...to solve a problem, trying to solve a problem in the end user, but not necessarily for the end user. So it's trying to trying to tackle a disease or something like that, but not necessarily understanding who that end user is, how they will respec you know, how they will relate to it and stuff. You know, some things like cost come into that, certainly, and you challenges around that. But I think if you look at as things go more digital, we see companies that are taking more of this design, you know, design thinking viewpoint, is user centered viewpoint, and and that's not always that's not always right, because I think sometimes we end up with the complete other side of the pendulum, which is we have technologist sort of working on you know, working on the user and really understanding the user, but then somewhere in the middle they've missed you actually solving the problem. Right, so it's like we're miscomponent. You got the bus is correct. Yes, well, customers says they love and they'll buy, but really they not going to. I right, right, not priable or feasible for the business. Yeah, yeah, exactly, and so I think, you know, clearly, clearly were we understand where we want to go with that. What what I think is great, that I'm seeing more of is some of those traditional companies, whether they're by a Farma, whether they're big device, you know and companies, are teaming up with the digital companies and finding ways to use some of the data coming from digital help to help inform the development process of things. Clinical trials is one where we've seen huge tries, huge strides in recruitment of clinical trials. And you know, companies like apple is involved in clinical trials through through their research kit product, and companies here like science thirty seven are involved with getting a better population of clinical trials faster, or even even virtual lot, you know, virtualized patient data, randomized patient data, things like that. All of that can help to move that process forward faster and start to start to get dissolutions faster and hopefully again. The past year so many examples there, you know, whether it's the move into telehealth, tell a medicine finally, or patients understanding that if they have if they have some kind of data, you know, and that data might just be temperature, might just be how you're feeling. But now there's finally ways for a patient to take something happen to them and get it to their physician that doesn't involve a fact machine anymore and that's that's pretty exciting. That's that's a huge, huge boost of productivity. I hope that's a whole nother episode day the whole facts channel. What happened to the facts machine, or what's still happening the facts machine? Yes, it's ludicrous, but in some ways it can still be effective. It's just embarrassingly effective, right right, without of course, and now now the biggest challenges on the consumer side is, well, how do you where do you find a fact machine to actually fact something to the doctor? Right exactly? Um. So what if, from your perspective, what do you think is the the number one strategy that's really missing mission critical for commercial success? Yeah, I think this is this is maybe the maybe the easy answer, but I always go back to that early stage of you know, how do you understand, how do you get to product market fit, which is really how do you understand who that customer is, who the customers are, and that you know, again, that could be from on the enterprise level, you've got the financial customer, you've got...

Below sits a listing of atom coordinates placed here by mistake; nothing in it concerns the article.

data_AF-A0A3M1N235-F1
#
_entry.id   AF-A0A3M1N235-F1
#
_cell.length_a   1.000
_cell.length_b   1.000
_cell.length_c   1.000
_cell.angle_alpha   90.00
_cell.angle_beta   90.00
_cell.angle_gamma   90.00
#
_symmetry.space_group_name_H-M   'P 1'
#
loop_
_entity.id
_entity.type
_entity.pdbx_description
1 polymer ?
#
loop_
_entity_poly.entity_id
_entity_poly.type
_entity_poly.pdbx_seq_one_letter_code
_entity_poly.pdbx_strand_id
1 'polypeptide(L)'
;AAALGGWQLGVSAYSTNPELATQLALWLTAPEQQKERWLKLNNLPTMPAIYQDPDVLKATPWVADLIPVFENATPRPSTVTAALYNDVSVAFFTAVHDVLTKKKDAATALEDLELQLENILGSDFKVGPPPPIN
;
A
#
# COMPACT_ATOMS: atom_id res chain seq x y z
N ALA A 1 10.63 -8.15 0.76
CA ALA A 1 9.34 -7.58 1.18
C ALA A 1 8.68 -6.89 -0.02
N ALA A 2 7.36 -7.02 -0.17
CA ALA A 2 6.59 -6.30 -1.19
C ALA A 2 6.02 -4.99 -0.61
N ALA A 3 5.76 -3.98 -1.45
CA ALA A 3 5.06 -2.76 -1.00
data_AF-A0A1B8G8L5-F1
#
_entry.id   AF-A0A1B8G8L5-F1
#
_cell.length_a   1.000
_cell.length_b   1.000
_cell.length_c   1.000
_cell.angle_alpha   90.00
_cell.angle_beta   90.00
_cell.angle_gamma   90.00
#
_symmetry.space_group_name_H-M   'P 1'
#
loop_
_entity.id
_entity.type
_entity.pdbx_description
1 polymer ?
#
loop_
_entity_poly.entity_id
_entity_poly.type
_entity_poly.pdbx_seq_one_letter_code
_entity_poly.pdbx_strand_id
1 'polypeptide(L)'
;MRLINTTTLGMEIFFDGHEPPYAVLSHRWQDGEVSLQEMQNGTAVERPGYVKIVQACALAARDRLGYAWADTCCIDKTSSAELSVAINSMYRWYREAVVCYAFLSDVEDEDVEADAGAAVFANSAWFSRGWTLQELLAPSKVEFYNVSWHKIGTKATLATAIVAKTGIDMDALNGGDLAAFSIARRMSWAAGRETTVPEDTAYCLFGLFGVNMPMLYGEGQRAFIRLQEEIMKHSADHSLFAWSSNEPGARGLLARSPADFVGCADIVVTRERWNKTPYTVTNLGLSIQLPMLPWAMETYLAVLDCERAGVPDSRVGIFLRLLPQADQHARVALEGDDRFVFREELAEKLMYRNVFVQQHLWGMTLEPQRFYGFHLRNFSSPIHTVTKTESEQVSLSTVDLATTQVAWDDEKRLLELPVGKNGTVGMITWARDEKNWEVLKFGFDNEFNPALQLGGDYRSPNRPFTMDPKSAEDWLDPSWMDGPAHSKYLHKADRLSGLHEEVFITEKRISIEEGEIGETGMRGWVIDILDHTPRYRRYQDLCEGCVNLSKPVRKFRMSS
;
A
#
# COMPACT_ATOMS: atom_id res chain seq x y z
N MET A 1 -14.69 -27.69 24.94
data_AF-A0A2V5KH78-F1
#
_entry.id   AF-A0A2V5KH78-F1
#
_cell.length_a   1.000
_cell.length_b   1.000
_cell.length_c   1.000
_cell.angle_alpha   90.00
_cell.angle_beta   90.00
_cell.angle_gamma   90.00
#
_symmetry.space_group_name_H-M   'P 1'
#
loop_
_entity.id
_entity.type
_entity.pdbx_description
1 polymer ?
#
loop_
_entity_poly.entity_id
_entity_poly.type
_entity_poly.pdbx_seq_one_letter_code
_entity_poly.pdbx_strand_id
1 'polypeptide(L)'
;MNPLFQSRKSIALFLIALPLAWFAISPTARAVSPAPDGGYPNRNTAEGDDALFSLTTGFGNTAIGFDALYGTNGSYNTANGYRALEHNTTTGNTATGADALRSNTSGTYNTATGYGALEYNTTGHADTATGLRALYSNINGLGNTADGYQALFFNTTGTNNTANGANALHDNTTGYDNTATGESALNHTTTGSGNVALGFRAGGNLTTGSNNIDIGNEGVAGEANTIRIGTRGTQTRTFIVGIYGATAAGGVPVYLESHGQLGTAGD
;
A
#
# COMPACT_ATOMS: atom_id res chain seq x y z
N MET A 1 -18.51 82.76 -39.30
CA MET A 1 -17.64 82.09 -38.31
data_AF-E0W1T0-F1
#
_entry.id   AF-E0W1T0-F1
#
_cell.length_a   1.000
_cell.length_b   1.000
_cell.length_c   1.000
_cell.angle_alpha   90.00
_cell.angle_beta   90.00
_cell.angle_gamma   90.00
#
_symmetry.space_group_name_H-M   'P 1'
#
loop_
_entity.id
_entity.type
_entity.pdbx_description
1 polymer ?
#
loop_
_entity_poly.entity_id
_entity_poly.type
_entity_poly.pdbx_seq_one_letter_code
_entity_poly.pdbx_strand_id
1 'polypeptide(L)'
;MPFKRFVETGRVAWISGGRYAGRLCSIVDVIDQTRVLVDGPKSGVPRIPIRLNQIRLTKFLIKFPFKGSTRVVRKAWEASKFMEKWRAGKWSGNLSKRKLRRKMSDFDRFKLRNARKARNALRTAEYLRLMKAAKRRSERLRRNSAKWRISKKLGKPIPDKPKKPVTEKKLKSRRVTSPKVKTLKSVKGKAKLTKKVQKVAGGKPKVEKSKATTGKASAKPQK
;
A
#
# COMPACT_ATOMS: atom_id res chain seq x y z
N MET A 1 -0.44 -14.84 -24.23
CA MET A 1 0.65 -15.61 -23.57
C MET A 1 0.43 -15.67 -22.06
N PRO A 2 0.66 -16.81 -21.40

...the, you know, executive decisionmaking customer, you have the customers actually using it and maybe you have the end user patient. But really taking the time to understand who those individuals are, who those personas are, really understanding what their individual pain points are, and they're probably different across those, and then making sure that the product that you're developing is eventually going to address a lot of those. But it's also not going to address a lot of those on day one, because if you try to do that, you're never going to launch this product. So where do you want to go? And then, you know, move it back to whether you call it, you know, minimum viable product, or call it the you're you know, you're you know early, you know, early data, you know, pilot sort of opportunity, but making sure that there's there's a real storyline there. Where do you want to go, where do you start and how do you know that what you're building is actually going to help doing that? And I think that, you know, I work with, I work with a lot of companies that are sort of in the I'll call it the the venture or want to be venture future, venture backed world, and then I work with companies that are going through NSF and Nih, you know, Sbi r grants and things like that, and you know, interestingly, the the NSF and particular, really has a strong process around that. Early data gathering, understand the market, you know, interview customers, things like that. And if you're going through a an accelerator program, a text ours program or something like that, why combinator? They do a really good job with that as well. Sometimes, when you're an entrepreneur or three entrepreneurs working on a text start up and you know where you want to go, you think you know where you want to go and you start building it. Those are the groups that sometimes forget to talk to the customers, you know, until they're in front of the venture capitalists asking for, you know, asking for an investment in the DC. Says, well, how many, how many customers? Have you talked to? And they sort of look around and say, well, I I mean, my brother would really love this product. Right, right, exactly. Oh my gosh, we talked about all the time on that on this show. That is like one of my soapboxes. So I'm going to ask you, so I face this more than I would ever want, is that you have the innovator. They are so committed and somewhat obsessed with the innovation in the configuration that they will leave. They want that, they want to bring to market and you know they've had some conversations with people. Like you said, people say they love it, people say they will buy it. This people right, but no hard data to validate the demand for it and they skip to you know, can you help build a go to market strategy and plan? Can you help with digital advertising so we can build awareness? What do you say? To, I'll tell you what I say, but I want to know what you say to those folks that really want to skip all of these really key steps. What do you say? Yeah, well, set and first of all I have a I have a little a side story, because I just I remembered this with someone I was talking to a week or so ago. I many years ago, when I was graduating with my artificial intelligence degree and trying to figure out what I wanted to do, I was interviewing with an educational software company for, you know, it was for a product, product manager, you know product, you know assistant, you know manager or whatever role, and I remember sitting across from the the interviewer, who was like the head of product for the company, and, you know, we're in the heat of the interview and he says, he says, you know, Dave, if I you know, if I gave you a piece of paper, you know, could you, you, can you map out a product plan for a new a new piece of software, you know, a new APP WE WANT TO DO? And I of course, you know, I was I was twenty one years old, and like, Oh, this guy watched I need to know how to do this. So...